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Feasibility of Saline Gradient Solar Ponds as Thermal Energy Sources in Saskatchewan, Canada
Advancement of renewable energy is critical for sustainable development. This paper evaluates the feasibility of saline gradient solar ponds (SGSP) as an alternative energy source for Saskatchewan, Canada. The main achievements include global appraisal of SGSP from theoretical and practical perspectives, assessment of salinity and climatic criteria for SGSP potential, understanding of heat transfer mechanisms affected by thermophysical properties, and numerical modeling to simulate transient heat diffusion in SGSP. Results indicated that Saskatchewan is ideal for thermal energy harvesting from saline water bodies because of high solar insolation (1100 to 1400 kWh/m2). The solar radiation in such systems is captured under a salt concentration gradient. Locally, ten potash tailings sites (360 g/L or 36% salt) and two saline water lakes (250 g/L or 25% salt) are potentially suitable for SGSP deployment. It was found that thermal conductivity increases with temperature but decreases with water salinity increase (0.55 to 0.675 W/mK) and the opposite is true for density (1000 to 1200 kg/m3). Similarly, specific heat capacity slightly increases with temperature and inversely correlates with salinity (3000 to 4200 J/kg K). Furthermore, the heat diffusion model adequately simulated the temperature distribution for a typical SGSP in a potash tailings containment facility. For the investigated month of July (highest solar insolation), the temperatures increased from an initial value of at 20 to 52 oC at top to 37 oC at bottom. A comprehensive risk assessment of this method is required to protect air, water, soil, and biota at specific sites.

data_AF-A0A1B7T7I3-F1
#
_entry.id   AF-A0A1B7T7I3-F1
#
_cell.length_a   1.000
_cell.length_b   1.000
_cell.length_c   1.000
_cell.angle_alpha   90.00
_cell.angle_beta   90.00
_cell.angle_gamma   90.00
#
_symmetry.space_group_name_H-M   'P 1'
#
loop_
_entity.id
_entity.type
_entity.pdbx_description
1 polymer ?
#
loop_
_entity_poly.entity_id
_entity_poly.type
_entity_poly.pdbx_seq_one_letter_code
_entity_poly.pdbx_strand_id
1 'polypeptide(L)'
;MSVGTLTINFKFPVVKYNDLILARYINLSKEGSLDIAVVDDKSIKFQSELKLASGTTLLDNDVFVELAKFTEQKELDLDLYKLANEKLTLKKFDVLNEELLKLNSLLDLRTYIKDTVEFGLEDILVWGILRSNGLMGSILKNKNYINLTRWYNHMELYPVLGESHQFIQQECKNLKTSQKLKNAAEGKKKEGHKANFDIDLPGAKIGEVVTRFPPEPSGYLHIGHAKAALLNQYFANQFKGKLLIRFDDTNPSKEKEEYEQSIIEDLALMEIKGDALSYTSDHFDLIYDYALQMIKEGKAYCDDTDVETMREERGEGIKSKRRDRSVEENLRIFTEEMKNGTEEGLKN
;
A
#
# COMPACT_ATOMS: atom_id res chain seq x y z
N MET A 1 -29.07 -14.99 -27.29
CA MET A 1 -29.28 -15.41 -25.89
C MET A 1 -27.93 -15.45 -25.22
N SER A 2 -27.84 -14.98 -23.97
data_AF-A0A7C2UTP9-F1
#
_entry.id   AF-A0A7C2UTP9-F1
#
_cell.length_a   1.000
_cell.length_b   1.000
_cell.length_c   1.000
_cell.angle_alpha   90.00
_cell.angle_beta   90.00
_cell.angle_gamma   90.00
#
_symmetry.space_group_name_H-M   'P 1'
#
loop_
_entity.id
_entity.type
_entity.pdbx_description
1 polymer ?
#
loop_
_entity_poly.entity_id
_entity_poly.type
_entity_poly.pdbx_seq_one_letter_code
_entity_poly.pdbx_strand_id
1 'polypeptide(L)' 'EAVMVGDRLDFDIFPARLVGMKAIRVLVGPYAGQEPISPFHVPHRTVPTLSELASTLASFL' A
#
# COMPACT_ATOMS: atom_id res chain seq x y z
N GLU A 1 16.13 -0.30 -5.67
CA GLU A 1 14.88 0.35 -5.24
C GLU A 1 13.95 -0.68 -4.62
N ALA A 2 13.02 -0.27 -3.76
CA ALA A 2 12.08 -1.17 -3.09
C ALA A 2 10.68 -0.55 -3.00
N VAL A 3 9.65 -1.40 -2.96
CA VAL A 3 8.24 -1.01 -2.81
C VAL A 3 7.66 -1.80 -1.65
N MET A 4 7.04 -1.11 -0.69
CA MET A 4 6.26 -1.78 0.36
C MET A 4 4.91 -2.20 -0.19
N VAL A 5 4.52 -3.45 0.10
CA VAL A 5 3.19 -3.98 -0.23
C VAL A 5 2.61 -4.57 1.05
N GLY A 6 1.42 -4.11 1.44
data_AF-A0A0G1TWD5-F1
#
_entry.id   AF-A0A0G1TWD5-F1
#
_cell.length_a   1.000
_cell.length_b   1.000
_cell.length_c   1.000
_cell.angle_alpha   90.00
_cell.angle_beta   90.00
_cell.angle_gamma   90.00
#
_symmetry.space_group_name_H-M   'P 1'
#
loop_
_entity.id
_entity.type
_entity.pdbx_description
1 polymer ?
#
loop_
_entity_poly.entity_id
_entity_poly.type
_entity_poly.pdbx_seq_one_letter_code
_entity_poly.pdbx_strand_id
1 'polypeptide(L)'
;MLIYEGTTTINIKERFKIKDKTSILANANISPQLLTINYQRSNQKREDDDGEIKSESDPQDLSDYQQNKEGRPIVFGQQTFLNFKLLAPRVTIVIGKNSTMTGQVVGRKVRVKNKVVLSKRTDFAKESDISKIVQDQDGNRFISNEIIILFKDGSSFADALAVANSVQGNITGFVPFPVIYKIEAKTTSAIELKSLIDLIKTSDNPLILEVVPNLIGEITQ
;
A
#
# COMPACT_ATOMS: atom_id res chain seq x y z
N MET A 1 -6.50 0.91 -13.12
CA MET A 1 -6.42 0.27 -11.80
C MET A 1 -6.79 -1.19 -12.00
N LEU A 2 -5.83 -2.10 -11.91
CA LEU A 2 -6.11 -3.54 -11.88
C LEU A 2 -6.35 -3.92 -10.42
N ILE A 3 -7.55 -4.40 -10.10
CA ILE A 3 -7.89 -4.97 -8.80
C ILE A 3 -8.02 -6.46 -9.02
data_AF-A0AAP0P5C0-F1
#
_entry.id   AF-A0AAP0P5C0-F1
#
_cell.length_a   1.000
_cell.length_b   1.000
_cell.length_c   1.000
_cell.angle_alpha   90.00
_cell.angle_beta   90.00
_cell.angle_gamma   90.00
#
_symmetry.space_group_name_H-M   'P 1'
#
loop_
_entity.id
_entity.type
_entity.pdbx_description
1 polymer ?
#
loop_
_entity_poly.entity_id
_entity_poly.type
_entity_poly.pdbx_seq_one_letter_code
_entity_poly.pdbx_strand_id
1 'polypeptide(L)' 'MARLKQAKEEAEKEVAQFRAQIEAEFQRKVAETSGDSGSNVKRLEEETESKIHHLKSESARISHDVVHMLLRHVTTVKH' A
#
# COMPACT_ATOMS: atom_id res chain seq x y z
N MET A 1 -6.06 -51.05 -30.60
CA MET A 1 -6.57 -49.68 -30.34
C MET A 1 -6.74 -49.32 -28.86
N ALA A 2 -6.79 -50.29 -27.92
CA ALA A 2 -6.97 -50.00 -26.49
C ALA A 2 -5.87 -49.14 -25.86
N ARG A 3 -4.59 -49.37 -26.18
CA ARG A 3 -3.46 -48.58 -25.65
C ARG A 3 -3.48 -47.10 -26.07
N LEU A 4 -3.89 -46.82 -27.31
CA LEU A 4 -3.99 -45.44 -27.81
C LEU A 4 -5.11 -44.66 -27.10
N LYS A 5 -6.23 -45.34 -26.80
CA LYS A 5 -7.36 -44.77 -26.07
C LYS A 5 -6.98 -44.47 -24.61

Keywords: salinegradientsolar ponds, thermal energy, natural lakes, tailings ponds, heat diffusion
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